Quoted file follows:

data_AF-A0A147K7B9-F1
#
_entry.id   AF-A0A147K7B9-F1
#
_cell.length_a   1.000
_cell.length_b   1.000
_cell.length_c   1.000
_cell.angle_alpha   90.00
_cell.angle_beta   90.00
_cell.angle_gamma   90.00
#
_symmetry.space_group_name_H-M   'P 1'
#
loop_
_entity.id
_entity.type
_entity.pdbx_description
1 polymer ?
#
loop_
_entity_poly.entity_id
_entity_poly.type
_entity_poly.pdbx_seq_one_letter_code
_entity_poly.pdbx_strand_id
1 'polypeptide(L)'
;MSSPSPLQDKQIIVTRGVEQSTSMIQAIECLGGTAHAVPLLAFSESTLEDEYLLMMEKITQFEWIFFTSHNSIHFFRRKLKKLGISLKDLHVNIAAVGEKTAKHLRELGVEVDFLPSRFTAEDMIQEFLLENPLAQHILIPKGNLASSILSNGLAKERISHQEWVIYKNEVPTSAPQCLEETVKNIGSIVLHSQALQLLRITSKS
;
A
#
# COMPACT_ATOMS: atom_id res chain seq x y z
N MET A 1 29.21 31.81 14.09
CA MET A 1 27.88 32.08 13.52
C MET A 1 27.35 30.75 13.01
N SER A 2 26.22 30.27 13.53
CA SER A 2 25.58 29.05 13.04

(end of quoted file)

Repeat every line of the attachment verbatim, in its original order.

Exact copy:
data_AF-A0A147K7B9-F1
#
_entry.id   AF-A0A147K7B9-F1
#
_cell.length_a   1.000
_cell.length_b   1.000
_cell.length_c   1.000
_cell.angle_alpha   90.00
_cell.angle_beta   90.00
_cell.angle_gamma   90.00
#
_symmetry.space_group_name_H-M   'P 1'
#
loop_
_entity.id
_entity.type
_entity.pdbx_description
1 polymer ?
#
loop_
_entity_poly.entity_id
_entity_poly.type
_entity_poly.pdbx_seq_one_letter_code
_entity_poly.pdbx_strand_id
1 'polypeptide(L)'
;MSSPSPLQDKQIIVTRGVEQSTSMIQAIECLGGTAHAVPLLAFSESTLEDEYLLMMEKITQFEWIFFTSHNSIHFFRRKLKKLGISLKDLHVNIAAVGEKTAKHLRELGVEVDFLPSRFTAEDMIQEFLLENPLAQHILIPKGNLASSILSNGLAKERISHQEWVIYKNEVPTSAPQCLEETVKNIGSIVLHSQALQLLRITSKS
;
A
#
# COMPACT_ATOMS: atom_id res chain seq x y z
N MET A 1 29.21 31.81 14.09
CA MET A 1 27.88 32.08 13.52
C MET A 1 27.35 30.75 13.01
N SER A 2 26.22 30.27 13.53
CA SER A 2 25.58 29.05 13.04